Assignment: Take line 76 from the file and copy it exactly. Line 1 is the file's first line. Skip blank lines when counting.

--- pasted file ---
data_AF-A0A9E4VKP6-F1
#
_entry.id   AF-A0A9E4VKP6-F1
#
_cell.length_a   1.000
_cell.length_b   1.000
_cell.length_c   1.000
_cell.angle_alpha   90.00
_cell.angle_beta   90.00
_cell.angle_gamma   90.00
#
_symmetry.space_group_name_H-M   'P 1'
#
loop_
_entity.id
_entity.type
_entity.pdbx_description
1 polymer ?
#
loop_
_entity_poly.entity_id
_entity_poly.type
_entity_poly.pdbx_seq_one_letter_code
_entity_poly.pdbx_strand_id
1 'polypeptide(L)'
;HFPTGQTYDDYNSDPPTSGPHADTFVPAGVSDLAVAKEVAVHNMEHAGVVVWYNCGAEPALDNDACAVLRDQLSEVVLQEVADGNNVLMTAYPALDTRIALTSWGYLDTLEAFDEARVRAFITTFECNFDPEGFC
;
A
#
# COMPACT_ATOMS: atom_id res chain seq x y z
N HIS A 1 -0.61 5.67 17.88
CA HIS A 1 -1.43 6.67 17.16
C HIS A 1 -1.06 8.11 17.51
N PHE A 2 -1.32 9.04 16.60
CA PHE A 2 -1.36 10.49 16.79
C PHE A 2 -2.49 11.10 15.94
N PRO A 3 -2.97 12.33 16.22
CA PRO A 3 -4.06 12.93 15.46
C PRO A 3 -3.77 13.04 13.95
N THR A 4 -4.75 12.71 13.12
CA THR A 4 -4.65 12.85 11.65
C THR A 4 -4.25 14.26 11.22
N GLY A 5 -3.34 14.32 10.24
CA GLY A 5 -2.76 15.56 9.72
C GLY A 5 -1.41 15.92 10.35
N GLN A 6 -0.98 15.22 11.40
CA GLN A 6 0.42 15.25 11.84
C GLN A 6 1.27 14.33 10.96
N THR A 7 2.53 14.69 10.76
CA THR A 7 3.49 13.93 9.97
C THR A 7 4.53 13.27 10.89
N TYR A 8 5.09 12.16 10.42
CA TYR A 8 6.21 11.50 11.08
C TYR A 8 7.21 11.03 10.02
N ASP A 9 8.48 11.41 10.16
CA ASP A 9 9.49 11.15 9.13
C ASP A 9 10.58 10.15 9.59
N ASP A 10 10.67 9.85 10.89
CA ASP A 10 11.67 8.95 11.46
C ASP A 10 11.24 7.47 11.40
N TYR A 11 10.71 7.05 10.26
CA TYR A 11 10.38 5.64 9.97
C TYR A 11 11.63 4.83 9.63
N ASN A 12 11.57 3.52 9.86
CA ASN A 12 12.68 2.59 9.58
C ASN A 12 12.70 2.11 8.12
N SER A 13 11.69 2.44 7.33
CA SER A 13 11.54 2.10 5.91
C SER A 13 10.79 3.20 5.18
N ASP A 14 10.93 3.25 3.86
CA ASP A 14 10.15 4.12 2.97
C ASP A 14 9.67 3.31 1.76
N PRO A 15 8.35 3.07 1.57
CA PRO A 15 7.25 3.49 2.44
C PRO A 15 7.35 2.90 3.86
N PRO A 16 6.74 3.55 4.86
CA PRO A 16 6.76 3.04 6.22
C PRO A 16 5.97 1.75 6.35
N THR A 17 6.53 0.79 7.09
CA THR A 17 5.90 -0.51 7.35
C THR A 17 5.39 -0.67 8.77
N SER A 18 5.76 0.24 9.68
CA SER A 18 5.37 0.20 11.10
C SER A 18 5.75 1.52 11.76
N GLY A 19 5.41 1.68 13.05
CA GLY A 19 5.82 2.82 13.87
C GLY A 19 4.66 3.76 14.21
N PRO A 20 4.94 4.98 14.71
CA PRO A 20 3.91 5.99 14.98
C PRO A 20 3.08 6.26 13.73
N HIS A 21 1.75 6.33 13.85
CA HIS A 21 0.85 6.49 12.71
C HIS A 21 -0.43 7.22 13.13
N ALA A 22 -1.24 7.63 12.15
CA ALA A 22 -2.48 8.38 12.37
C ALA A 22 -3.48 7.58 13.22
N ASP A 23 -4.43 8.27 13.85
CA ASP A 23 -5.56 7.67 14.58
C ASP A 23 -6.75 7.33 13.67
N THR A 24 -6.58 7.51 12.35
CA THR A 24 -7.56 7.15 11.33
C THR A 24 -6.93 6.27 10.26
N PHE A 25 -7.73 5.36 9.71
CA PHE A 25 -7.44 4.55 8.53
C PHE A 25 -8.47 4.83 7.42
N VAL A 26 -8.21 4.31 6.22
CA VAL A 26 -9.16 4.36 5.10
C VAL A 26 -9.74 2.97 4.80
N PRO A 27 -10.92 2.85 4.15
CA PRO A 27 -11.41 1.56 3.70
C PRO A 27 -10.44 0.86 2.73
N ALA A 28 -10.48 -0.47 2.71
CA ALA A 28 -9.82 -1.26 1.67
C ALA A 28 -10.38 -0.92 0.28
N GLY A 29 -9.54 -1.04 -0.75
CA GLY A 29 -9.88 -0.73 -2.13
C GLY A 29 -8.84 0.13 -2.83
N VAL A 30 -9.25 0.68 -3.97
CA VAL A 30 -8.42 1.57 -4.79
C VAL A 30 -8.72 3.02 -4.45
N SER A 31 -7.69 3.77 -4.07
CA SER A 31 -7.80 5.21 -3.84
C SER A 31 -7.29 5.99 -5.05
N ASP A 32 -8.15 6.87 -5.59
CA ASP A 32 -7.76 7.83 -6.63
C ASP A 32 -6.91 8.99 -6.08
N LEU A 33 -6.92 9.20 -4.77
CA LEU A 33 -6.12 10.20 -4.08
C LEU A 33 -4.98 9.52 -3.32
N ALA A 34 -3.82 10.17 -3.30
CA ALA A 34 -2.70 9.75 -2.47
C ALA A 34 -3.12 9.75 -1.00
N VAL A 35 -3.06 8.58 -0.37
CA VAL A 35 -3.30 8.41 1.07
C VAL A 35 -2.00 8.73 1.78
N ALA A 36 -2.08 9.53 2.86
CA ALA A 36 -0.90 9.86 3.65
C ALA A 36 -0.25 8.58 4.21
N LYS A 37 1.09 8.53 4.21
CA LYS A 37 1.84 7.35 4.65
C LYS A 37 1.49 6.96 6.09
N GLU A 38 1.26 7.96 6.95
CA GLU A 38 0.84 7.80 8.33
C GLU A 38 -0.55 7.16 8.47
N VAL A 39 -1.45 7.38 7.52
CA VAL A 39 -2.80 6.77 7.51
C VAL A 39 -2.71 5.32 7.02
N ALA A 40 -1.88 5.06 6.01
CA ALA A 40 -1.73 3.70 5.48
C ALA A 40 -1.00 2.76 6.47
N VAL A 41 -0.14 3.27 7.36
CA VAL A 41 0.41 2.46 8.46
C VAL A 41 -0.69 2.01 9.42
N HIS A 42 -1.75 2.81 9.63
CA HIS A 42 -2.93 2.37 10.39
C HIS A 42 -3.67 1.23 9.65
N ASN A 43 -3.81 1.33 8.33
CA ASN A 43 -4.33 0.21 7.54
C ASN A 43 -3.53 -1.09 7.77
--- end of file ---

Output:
N PRO A 16 6.74 3.55 4.86